He wouldn't have needed to throw out the marijuana, though; it's completely legal to possess that amount (although driving while baked is still a class A misdemeanor). And you're right - if he had just thrown the loaded Blackhawk on the seat next to him, he would have been (legally) in the clear, in Oregon.

According to the update I got from the prosecutor's office, he's being charged with DUI, concealed weapon without a permit and he's going to sit in the Multnomah county lockup until he pays his fine for criminal mischief. Too bad we can't add felony hypocrisy and misdemeanor stupid to the list of charges.


Jim
 

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Is there a test for "baked" level like the BAC? And a version of. 08?
 

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Discussion Starter #15
Is there a test for "baked" level like the BAC? And a version of. 08?
Not at this time. The urine test stays positive for days after use (THC metabolites can be detected for up to a month) and doesn't give an accurate level. Blood tests are available, but they only used in research and, besides, there would need to be a law setting the "legal limit", and there isn't one, yet.

For right now, we use field sobriety tests, which have been the standard for decades when someone was being arrested for driving while intoxicated by prescription or recreational drugs other than alcohol. The real problem is for the defense attorneys, since they won't be able to get a blood or urine test that contradicts the field sobriety test - the metabolism of THC is too variable, person to person, and it remains in the system for days.

Since marijuana was legalized in July, in the Portland metropolitan area (what I call the penumbra of Portland), there have been at least three fatal car crashes where the driver at fault had no detectable blood alcohol but was clearly under the influence of marijuana. This, I am told, is a significant rise in the number of marijuana-associated traffic fatalities. Oddly enough, I am not surprised.


Jim
 

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...Since marijuana was legalized in July, in the Portland metropolitan area (what I call the penumbra of Portland), there have been at least three fatal car crashes where the driver at fault had no detectable blood alcohol but was clearly under the influence of marijuana. This, I am told, is a significant rise in the number of marijuana-associated traffic fatalities. Oddly enough, I am not surprised.
Calling BS on this, never seen any documentation. Here in Colorado we're 18 months ahead of OR on legal weed and there isn't any evidence of increased traffic fatalities from legal weed. What is really nice is that our cops don't waste time on the worthless "War on Weed".

https://www.washingtonpost.com/news...lities-in-colorado-are-at-near-historic-lows/

You'll never see legal weed in Illinois, too much money is made busting yuppies (figure about $10,000 in fines/lawyers/court ordered drug rehab). Besides, if you're a Chicago cop, who do you want to bust, an armed gang-banger or a stoned yuppie?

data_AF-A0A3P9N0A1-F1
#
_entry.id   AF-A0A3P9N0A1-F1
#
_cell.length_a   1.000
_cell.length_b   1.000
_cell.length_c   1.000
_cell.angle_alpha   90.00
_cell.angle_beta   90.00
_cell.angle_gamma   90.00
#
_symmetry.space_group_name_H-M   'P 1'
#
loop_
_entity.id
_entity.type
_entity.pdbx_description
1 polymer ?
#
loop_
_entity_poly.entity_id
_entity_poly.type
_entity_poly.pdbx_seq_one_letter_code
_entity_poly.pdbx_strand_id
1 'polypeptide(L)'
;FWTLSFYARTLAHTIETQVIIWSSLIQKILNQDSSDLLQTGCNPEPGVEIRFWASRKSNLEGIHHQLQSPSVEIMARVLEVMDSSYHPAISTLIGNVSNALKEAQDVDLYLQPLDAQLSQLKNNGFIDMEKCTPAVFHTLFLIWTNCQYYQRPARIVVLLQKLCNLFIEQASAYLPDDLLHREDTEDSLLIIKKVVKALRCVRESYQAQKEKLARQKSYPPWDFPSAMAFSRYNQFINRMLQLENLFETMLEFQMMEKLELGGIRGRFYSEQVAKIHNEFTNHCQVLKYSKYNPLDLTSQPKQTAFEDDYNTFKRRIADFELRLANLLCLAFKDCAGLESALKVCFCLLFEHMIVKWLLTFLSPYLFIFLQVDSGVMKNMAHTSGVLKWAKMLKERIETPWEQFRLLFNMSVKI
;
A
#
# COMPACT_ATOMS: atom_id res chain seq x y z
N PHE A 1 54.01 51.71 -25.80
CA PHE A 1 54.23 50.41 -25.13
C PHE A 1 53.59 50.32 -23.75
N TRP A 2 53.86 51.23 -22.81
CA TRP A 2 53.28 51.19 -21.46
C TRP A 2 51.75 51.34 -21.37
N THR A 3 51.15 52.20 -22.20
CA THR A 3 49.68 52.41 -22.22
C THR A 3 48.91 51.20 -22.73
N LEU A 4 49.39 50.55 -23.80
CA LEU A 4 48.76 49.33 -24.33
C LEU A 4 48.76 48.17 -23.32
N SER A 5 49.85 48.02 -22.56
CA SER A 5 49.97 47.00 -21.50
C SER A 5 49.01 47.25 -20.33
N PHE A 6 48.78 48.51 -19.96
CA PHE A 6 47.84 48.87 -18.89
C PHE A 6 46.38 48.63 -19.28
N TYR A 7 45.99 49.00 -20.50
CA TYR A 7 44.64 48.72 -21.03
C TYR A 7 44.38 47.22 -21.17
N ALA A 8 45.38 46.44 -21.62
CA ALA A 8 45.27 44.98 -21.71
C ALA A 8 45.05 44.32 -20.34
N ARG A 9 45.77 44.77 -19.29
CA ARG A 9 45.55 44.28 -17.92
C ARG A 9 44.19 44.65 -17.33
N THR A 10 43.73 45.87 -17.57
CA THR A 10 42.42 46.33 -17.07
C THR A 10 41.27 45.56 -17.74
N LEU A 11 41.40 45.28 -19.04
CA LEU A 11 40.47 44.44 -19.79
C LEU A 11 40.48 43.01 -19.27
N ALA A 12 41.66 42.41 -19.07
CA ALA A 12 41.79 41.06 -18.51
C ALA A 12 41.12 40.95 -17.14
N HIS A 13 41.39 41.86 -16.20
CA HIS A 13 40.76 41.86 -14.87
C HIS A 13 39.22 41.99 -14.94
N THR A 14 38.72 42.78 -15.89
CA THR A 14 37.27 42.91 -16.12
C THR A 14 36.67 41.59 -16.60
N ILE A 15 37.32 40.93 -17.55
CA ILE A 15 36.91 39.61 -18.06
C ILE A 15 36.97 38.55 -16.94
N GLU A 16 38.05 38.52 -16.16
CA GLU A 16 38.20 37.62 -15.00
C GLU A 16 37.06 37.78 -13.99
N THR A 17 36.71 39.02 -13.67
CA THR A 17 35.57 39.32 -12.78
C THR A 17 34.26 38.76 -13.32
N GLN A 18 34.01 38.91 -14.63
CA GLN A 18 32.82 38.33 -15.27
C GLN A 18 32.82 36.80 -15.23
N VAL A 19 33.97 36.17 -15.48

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AAHHHHH,,,, YA GOTTA LOVE IT. :D

The irony of it all.

Great story Jim.
 

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Discussion Starter #19
Calling BS on this, never seen any documentation. Here in Colorado we're 18 months ahead of OR on legal weed and there isn't any evidence of increased traffic fatalities from legal weed. What is really nice is that our cops don't waste time on the worthless "War on Weed".

https://www.washingtonpost.com/news...lities-in-colorado-are-at-near-historic-lows/

You'll never see legal weed in Illinois, too much money is made busting yuppies (figure about $10,000 in fines/lawyers/court ordered drug rehab). Besides, if you're a Chicago cop, who do you want to bust, an armed gang-banger or a stoned yuppie?

I'm sorry, are you "calling BS" on three marijuana-only DUI fatalities in two months being a statistically significant change from previous years or are you saying that, given the high background of other causes of traffic fatalities that there has yet to be a statistically significant rise in total traffic fatalities as the result of marijuana legalization?

Since Oregon decriminalized possession of less than an ounce of marijuana in 1973, it was no longer important to establish which drug was causing a DUI driver to be impaired, so it was up to the individual departments to keep - or not keep - statistics on marijuana or other drug use and traffic accidents. That makes getting state-wide data difficult.

Currently, alcohol-involved DUIs are the vast majority of DUIs, but that doesn't mean that these are all alcohol-only DUIs; it's much simpler to measure blood alcohol AND there are statutes governing maximum allowable blood alcohol, so there's no legal need to show the presence of other intoxicants if the blood alcohol level exceeds the legal limit.

In the county where I live, the Sheriff's office keeps records (since they house all the DUI arrest subjects) on what intoxicants are present in each DUI arrest, based on interview, blood tests, etc. It is their data that show a significant rise in the number of "marijuana-only" DUI arrests and in the number of DUI fatalities in which a surviving driver had only marijuana as an intoxicant.

I hope that clears up the issue.


Jim
 

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...I hope that clears up the issue.
You haven't proven anything, three unconfirmed stories don't make a fact. Read the link I posted, it confirms what has happened in CO. Just because someone falls asleep at the wheel, you make a false case, as if that never happened before OR made weed legal.

You just don't like the fact that one of cop's favorite harassment excuses (possession of weed) has gone away. Now you have to actually bust real criminals....